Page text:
When developing for classic arcade hardware (Pac-Man in my case), the process of trying out your program code on the target hardware is tedious and long. To do so, you need to:
- Build the source files into binaries (z80asm)
- Convert the outputted files into ROM images (genroms)
- Move the ROM images over to a machine that can talk to a ROM burner (I develop on OS X, but the ROM burner is Windows only)
- Pull the EPROMs from the arcade board
- Drop the EPROMs into the eraser for 10-14 minutes
- Make sure the EPROMs are blank
- Burn each individual EPROM
- Insert them into the board
- Power up the board
It's only at this point, perhaps 15 minutes from step 1 that you know if your build worked. Granted you can have a second set of EPROMS that are ready, to minimize the wait. You can also do a lot of testing on an emulator before you get to this point.
The problem is that this is very time consuming, cumbersome, and puts a lot of stress on the EPROM chips themselves which may fail after many re-uses, or pins may break when removing/inserting them. There's also the possibility that these 25+ year old arcade boards may fail as well with this kind of use.
My solution to this problem is a board with USB capabilities that you plug into the arcade board (the "target"). You pull the Z80 CPU, plug in this board, then plug the Z80 CPU into this board.
This board has flash memory on it to hold at least one ROMset. It also has a chunk of RAM, into which a stored or live ROMset can be loaded into. It also has the capability of resetting the Z80 CPU, and can listen to commands from the Z80 CPU.
Software on the host computer can reload the flash with a new ROMset, or load the RAM directly with a new ROMset. It can also reset the CPU.
So the idea is this;
- The build tool ('Make') on the host computer will assemble the source code into a binary file
- Make will then generate the ROM image necessary via the 'genroms' tool.
- Make will then connect to this USB device
- It will then copy the ROMset image down into the device
- It then resets the target CPU
This all can happen directly from the build tool, almost instantaneously, without any external physical interaction by the engineer.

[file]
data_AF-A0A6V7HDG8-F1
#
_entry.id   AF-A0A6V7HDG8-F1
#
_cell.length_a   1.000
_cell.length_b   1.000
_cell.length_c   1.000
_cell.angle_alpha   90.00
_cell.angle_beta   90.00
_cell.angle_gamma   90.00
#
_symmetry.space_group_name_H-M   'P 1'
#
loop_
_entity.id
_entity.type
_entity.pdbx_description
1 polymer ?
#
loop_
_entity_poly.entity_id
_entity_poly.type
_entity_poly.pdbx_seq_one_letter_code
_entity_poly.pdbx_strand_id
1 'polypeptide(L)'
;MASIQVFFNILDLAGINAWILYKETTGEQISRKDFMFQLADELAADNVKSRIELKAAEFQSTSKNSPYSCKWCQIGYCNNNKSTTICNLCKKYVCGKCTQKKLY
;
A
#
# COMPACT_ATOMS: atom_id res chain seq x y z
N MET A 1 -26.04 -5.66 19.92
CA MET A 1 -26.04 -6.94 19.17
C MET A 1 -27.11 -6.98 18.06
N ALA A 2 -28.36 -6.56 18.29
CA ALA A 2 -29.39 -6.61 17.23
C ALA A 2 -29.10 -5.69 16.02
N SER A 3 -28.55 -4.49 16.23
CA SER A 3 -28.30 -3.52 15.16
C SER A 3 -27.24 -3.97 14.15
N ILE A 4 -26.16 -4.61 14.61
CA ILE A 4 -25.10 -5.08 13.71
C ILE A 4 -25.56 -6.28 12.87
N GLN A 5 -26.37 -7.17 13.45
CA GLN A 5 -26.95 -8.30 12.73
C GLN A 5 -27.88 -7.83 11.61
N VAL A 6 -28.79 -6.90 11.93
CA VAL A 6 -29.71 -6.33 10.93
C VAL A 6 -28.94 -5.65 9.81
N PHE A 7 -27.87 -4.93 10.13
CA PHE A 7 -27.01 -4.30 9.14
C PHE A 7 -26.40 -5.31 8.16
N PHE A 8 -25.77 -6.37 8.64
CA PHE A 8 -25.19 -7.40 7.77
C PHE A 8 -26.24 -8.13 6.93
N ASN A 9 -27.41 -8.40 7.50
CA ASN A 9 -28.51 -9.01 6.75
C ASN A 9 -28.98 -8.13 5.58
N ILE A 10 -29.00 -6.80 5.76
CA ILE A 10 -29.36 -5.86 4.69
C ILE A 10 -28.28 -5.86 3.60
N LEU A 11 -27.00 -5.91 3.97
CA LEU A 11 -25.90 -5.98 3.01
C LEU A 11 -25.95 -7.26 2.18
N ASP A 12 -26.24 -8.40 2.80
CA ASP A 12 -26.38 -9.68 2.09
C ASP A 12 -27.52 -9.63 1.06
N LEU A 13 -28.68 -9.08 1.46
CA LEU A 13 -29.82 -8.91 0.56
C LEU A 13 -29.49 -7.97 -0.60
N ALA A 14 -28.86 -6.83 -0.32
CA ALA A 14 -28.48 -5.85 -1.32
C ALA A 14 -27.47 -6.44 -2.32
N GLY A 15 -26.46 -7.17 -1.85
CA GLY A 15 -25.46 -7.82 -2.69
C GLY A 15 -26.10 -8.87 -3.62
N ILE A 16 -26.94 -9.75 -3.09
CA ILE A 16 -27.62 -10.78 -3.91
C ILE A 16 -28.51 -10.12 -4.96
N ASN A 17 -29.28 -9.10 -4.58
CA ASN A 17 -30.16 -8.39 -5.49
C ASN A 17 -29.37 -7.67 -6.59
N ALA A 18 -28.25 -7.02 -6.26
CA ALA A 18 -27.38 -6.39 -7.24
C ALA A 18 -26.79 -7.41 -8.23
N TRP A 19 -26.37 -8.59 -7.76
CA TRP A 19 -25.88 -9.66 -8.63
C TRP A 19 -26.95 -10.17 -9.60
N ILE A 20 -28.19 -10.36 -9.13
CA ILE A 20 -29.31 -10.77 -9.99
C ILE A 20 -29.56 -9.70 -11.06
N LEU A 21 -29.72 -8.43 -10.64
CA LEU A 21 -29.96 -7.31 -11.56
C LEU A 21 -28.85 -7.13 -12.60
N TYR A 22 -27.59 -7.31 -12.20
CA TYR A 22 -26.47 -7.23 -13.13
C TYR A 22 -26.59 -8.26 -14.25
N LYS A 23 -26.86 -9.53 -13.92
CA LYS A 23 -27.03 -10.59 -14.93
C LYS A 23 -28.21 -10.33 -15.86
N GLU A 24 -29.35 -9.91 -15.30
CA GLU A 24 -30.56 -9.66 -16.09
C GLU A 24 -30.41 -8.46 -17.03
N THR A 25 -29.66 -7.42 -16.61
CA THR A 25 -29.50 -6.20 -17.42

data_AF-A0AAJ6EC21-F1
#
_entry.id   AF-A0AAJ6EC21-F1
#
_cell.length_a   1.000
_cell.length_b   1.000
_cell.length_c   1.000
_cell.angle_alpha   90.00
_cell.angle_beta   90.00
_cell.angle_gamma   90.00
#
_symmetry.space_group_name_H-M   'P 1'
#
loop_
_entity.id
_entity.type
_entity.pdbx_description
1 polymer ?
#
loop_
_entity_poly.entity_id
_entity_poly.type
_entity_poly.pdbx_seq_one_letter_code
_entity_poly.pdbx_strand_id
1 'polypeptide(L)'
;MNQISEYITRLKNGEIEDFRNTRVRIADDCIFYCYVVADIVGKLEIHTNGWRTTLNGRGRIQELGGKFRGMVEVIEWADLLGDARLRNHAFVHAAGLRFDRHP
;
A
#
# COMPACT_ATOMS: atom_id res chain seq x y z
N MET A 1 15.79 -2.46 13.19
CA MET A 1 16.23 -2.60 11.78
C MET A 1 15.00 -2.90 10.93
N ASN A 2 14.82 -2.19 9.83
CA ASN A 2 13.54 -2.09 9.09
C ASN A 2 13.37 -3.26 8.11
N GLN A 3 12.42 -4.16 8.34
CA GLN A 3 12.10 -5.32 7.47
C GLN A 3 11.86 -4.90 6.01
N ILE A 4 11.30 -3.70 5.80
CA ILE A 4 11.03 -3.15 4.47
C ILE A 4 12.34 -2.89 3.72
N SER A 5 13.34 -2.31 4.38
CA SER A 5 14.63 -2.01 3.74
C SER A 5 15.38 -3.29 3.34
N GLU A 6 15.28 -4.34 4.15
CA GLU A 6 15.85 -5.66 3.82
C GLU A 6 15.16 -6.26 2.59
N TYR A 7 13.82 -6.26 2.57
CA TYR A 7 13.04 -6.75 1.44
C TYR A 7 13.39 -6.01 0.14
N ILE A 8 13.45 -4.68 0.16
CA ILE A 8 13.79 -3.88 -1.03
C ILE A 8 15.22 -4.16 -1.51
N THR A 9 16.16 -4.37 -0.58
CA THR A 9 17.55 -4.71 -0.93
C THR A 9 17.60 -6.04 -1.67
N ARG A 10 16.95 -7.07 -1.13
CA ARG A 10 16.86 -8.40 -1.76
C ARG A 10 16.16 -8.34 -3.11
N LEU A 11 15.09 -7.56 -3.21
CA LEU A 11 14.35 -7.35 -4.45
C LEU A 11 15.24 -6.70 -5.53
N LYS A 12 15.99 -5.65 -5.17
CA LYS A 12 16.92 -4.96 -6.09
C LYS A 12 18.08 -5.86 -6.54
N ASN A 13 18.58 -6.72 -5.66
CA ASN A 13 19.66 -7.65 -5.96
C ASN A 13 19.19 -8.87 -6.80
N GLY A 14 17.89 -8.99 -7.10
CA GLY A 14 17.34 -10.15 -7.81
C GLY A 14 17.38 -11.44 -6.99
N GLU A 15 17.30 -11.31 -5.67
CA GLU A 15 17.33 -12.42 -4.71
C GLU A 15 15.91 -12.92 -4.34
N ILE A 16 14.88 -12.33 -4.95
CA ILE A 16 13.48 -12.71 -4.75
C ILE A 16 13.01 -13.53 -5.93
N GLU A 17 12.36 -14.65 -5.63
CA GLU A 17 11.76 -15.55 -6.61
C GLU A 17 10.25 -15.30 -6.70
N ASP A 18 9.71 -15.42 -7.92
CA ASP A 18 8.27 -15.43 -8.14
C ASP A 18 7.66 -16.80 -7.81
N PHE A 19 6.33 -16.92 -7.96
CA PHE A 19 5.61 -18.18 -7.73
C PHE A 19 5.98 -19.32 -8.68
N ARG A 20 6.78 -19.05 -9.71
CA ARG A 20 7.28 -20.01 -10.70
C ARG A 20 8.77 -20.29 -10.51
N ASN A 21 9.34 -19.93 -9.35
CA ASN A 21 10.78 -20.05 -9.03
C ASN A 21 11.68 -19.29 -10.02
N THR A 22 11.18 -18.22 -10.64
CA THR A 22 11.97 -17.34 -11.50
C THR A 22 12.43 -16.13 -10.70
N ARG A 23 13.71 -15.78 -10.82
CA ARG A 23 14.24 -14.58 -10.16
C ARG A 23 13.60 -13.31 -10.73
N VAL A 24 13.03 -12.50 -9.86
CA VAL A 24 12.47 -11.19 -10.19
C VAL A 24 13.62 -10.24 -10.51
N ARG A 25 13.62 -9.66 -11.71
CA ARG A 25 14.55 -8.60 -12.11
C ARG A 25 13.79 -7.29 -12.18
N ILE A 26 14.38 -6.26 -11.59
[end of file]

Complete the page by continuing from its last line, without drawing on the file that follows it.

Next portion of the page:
The current design I've been working on for this has a few components on the USB board.
- USB board is primarilly the Atmel AT90USBKEY
- pin headers added to the IO pins on the board
- Board 2: The target CPU piggyback board for the Z80
- Has a socket for the Z80
- Has a plug to plug into the host board
- Has headers to bring out the needed singalling lines (16 bit address, 8 bit data, plus a few aux IO: reset, ram read, ram write, Port IO access)
- NOTE- different versions of this board can be made for other target CPUs - 8086, 6502, etc, for working on other classic arcade architectures, or home computers.
Board 3: Logic interface board
- has headers that go to the target cpu board
- has headers that go to the AT90USBKEY board
- has 64k RAM sitting on the target CPU's data/address bus, read/write/csel going to the CPLD
- has CPLD with IO lines going to address and data busses and aux IO
- I2C connection to AT90 micro (for all interactions)
- has a few registers built in for target-micro communications - saving/loading high scores, selecting ROM banks and files via PORT IO
- is initialized with a memory map file that tell it which banks of 4k memory space are to be diverted to the RAM instead of mainboard.
The AT90 will initialize in one of two modes; USB-Control or Standalone.
In this mode, all interactions with the target CPU, RAM buffer, etc are handled by the USB host computer.
This is the primary mode for the development testing environment.
This is also the primary mode when the device is being programmed for standalone use.
The flash on the system is capable of storing multiple complete ROMsets. In standalone mode, a pre-determined initial ROMset is installed into the RAM buffer, and the target CPU reset immediately on startup.
The target CPU can then, via Port IO, tell the CPLD a different bank to switch to (as well as other commands). The AT90 will see these commands set in the CPLD's registers, and reload the appropriate ROMset image into the RAM buffer, and reset the Z80 CPU.
In this mode, the boardset is effectively a "multigame" system. The initial ROMset can be a menu system that lets the user select other ROMsets to load.
- The graphics chip (or other chips) will not be switched by the initial version of this system.
This project's source and documentation will be made available for free for non-commercial use.